Frequently Asked Questions (FAQ) for ASL-English Interpreter Preparation
Q. How long is the Ohlone Interpreter Preparation Program (IPP)?
The Ohlone College IPP is a two-year full time program. Classes are schedule two-three days per week and include short-term evening classes. First year classes are typically Monday/Wednesday/Friday while second year classes meet Tuesday/Thursday.
Q. Can I go part time? Do you have evening classes?
Currently, going part time is not an option. We strongly believe in the value of a cohort and this model of curriculum design. Some of our open courses are offered in the evening. Those open to the public (not limited to the cohort) can be found on the short courses page.
- INT-191 courses: offered to advanced ASL users and working Deaf and hearing interpreters;
- INT-199 courses: offered for continuing education for working Deaf and hearing interpreters with instructor approval.
Q. What does “cohort model” mean?
Cohort model means that all students accepted into the program take all of their classes as a group for two years. Team development relating as a community and support are the basis of this model. These connections yield a supportive community long after graduation from the program.
Q. When do I apply? Do new students start in the Spring?
The application process opens each year during Spring semester for the following Fall academic year. Each course in the curriculum is offered only once during the academic year. Applicants begin in the program in the Fall Semester.
Q. What are the eligibility requirements to apply to the program?
Follow this link to the Eligibility Requirements and Application Process for the Interpreter Preparation Program.
Q. Why do I have to apply to the program and cannot just enroll like other college classes?
Classes are limited to to the number of students which best allow for the intensive nature of interpreting education. We screen for students who meet the minimum entry requirements so that we are able to offer a course of study and support for academic success.
Q. What is the terminal degree?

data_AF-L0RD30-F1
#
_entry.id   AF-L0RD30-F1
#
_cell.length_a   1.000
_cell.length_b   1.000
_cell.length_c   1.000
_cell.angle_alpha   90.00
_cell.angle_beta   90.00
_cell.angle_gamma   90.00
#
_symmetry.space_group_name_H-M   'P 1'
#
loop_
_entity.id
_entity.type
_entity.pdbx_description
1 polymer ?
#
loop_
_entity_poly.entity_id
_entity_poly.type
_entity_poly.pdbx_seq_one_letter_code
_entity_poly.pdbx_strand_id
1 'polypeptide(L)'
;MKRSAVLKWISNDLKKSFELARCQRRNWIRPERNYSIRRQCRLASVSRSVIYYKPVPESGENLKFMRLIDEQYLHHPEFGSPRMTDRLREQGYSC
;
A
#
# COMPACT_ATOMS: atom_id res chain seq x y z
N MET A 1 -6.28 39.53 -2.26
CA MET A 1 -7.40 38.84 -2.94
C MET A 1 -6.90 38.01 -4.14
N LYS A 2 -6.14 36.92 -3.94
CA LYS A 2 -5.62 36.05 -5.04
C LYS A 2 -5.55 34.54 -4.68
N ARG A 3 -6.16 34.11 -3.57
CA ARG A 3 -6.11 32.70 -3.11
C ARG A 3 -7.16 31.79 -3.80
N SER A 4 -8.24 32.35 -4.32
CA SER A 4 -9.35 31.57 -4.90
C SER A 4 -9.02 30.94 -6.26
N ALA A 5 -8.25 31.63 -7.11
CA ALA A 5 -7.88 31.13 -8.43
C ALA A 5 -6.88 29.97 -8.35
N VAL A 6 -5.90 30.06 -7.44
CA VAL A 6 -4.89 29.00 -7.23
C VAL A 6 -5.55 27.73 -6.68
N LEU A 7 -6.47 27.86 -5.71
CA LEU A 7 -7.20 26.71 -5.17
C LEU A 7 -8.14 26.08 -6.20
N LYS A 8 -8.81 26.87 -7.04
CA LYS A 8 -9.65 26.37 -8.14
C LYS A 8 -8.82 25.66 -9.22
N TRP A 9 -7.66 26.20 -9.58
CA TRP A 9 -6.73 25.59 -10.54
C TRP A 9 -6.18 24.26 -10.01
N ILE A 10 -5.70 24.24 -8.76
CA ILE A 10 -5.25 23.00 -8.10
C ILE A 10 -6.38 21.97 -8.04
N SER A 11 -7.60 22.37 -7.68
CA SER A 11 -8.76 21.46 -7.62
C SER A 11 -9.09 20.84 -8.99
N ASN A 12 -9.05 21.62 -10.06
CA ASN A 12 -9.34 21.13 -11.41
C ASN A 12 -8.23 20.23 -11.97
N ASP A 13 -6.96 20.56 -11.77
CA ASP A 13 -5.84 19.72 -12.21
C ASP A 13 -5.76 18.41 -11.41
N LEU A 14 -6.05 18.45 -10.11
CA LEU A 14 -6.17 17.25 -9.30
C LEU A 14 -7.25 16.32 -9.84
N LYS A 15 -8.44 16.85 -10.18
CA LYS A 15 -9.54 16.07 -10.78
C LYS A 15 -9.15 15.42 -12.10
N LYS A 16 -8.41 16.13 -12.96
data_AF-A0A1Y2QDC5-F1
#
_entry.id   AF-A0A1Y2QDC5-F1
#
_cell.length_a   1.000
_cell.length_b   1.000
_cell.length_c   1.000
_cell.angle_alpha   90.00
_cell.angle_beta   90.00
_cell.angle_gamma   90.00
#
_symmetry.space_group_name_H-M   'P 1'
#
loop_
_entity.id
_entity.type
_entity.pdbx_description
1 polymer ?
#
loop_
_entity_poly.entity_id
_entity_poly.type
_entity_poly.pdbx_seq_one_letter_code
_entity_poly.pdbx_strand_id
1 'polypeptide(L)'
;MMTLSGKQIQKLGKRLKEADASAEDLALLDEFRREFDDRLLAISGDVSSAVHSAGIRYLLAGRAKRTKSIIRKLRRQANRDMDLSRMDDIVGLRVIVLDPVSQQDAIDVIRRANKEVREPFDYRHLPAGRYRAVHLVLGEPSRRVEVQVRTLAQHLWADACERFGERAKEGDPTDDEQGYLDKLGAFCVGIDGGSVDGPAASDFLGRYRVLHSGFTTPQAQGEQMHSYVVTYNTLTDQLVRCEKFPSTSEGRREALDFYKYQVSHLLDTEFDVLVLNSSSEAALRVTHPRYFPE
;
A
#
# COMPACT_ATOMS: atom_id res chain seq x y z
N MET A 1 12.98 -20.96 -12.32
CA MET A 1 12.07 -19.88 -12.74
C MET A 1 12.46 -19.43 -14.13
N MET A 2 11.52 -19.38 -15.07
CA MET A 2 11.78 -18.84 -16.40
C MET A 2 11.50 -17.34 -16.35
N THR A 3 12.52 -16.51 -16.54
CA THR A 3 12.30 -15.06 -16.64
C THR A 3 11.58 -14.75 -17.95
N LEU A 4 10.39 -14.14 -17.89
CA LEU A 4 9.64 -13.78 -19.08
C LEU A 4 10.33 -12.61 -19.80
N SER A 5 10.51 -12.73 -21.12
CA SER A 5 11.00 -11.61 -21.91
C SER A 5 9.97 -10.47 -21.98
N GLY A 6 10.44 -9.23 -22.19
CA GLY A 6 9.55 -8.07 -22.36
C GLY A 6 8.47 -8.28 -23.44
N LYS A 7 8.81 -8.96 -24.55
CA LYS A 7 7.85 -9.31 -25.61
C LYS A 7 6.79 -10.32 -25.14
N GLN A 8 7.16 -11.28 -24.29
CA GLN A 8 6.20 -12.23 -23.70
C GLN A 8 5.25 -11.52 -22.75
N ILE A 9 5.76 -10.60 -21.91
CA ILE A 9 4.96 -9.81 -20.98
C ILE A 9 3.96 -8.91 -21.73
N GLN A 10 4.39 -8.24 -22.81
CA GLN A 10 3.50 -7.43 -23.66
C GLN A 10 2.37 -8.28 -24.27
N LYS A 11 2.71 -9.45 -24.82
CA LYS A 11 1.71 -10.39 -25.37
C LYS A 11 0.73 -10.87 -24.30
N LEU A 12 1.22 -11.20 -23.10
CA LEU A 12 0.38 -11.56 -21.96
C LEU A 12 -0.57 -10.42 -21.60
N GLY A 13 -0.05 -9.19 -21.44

We have more than 20 courses currently being offered. All courses must be taken for either a Certificate of Accomplishment or an Associate in Arts (AA) degree. The difference between the two choices are the addition of the General Education courses required by the college for the AA degree and the ability to transfer into a 4-year program. If a student already has a 2 or 4-year degree from an accredited college, they would most likely qualify for the AA.
Q. Are the classes transferable to a 4-year college?
All IPP classes are transferable to universities in the California State University system. They transfer as electives credits. Ohlone and Gallaudet University have a matriculation agreement for transferring to their Bachelor’s in Interpreting program. Ohlone also has “sister college” relationships with Sodertorns Folkhogskola and JASS.
Q. Registry for Interpreters for the Deaf (RID) requires a Bachelor of Arts (BA) to test for Certification. What is Ohlone doing about that?
This is a new requirement that began in 2012.
Ohlone currently has an agreement as of 2016 with Gallaudet University for transfer into their BAI, Bachelor of Arts in Interpreting program. The BA that is required by RID can be in any major. There are online programs in interpreting, such as Troy University, and local colleges are also viable options. Most students take the RID written test at the end of their third semester at Ohlone’s IPP (and all have passed). Candidates have 5 years after passing the written test to take and pass the performance part of the test. The written test is still open while the performance portion of the exam is on hold. Further information about the RID exam can be found on the RID Credentialing Moratorium FAQ. Those who need a B.A. degree can complete two years of college in the 5-year period. Please visit the RID website at www.rid.org for more information on certification requirements.
Q. Is Financial Aid available? Are grants & Scholarship available?